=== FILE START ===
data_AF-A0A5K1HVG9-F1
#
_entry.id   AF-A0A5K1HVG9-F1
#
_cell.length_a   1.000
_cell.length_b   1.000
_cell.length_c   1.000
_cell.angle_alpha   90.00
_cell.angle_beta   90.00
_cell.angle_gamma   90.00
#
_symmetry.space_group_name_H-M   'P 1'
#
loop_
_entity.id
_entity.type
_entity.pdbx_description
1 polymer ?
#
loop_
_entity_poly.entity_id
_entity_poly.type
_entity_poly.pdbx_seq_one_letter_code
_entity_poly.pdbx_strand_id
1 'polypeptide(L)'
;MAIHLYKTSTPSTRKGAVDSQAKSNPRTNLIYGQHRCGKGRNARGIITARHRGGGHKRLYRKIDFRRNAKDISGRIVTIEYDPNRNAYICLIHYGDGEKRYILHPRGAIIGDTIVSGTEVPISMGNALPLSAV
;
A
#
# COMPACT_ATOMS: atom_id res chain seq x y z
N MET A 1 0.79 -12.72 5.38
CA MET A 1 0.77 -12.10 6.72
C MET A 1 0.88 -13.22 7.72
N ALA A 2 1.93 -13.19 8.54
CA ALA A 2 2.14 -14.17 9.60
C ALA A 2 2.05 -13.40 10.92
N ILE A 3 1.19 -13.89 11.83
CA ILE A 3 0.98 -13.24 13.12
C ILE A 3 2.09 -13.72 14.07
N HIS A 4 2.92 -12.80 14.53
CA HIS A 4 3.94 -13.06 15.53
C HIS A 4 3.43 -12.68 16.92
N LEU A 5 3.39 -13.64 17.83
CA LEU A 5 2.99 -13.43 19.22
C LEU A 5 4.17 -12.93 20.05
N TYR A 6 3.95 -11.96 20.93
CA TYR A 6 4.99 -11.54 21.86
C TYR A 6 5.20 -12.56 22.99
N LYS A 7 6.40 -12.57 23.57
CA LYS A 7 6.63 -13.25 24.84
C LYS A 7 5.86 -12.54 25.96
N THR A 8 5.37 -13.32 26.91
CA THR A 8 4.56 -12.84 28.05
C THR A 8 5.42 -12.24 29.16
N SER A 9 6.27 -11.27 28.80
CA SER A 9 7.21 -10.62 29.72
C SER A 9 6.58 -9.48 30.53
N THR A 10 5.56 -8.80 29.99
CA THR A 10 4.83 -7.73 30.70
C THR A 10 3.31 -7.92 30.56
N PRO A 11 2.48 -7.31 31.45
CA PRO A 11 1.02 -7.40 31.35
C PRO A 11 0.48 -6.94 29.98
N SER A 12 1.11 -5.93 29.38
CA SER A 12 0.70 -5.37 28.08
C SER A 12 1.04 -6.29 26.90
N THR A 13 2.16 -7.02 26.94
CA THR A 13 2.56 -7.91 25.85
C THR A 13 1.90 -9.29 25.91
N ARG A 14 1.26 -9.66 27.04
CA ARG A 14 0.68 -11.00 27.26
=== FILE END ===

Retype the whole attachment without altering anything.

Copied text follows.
data_AF-A0A5K1HVG9-F1
#
_entry.id   AF-A0A5K1HVG9-F1
#
_cell.length_a   1.000
_cell.length_b   1.000
_cell.length_c   1.000
_cell.angle_alpha   90.00
_cell.angle_beta   90.00
_cell.angle_gamma   90.00
#
_symmetry.space_group_name_H-M   'P 1'
#
loop_
_entity.id
_entity.type
_entity.pdbx_description
1 polymer ?
#
loop_
_entity_poly.entity_id
_entity_poly.type
_entity_poly.pdbx_seq_one_letter_code
_entity_poly.pdbx_strand_id
1 'polypeptide(L)'
;MAIHLYKTSTPSTRKGAVDSQAKSNPRTNLIYGQHRCGKGRNARGIITARHRGGGHKRLYRKIDFRRNAKDISGRIVTIEYDPNRNAYICLIHYGDGEKRYILHPRGAIIGDTIVSGTEVPISMGNALPLSAV
;
A
#
# COMPACT_ATOMS: atom_id res chain seq x y z
N MET A 1 0.79 -12.72 5.38
CA MET A 1 0.77 -12.10 6.72
C MET A 1 0.88 -13.22 7.72
N ALA A 2 1.93 -13.19 8.54
CA ALA A 2 2.14 -14.17 9.60
C ALA A 2 2.05 -13.40 10.92
N ILE A 3 1.19 -13.89 11.83
CA ILE A 3 0.98 -13.24 13.12
C ILE A 3 2.09 -13.72 14.07
N HIS A 4 2.92 -12.80 14.53
CA HIS A 4 3.94 -13.06 15.53
C HIS A 4 3.43 -12.68 16.92
N LEU A 5 3.39 -13.64 17.83
CA LEU A 5 2.99 -13.43 19.22
C LEU A 5 4.17 -12.93 20.05
N TYR A 6 3.95 -11.96 20.93
CA TYR A 6 4.99 -11.54 21.86
C TYR A 6 5.20 -12.56 22.99
N LYS A 7 6.40 -12.57 23.57
CA LYS A 7 6.63 -13.25 24.84
C LYS A 7 5.86 -12.54 25.96
N THR A 8 5.37 -13.32 26.91
CA THR A 8 4.56 -12.84 28.05
C THR A 8 5.42 -12.24 29.16
N SER A 9 6.27 -11.27 28.80
CA SER A 9 7.21 -10.62 29.72
C SER A 9 6.58 -9.48 30.53
N THR A 10 5.56 -8.80 29.99
CA THR A 10 4.83 -7.73 30.70
C THR A 10 3.31 -7.92 30.56
N PRO A 11 2.48 -7.31 31.45
CA PRO A 11 1.02 -7.40 31.35
C PRO A 11 0.48 -6.94 29.98
N SER A 12 1.11 -5.93 29.38
CA SER A 12 0.70 -5.37 28.08
C SER A 12 1.04 -6.29 26.90
N THR A 13 2.16 -7.02 26.94
CA THR A 13 2.56 -7.91 25.85
C THR A 13 1.90 -9.29 25.91
N ARG A 14 1.26 -9.66 27.04
CA ARG A 14 0.68 -11.00 27.26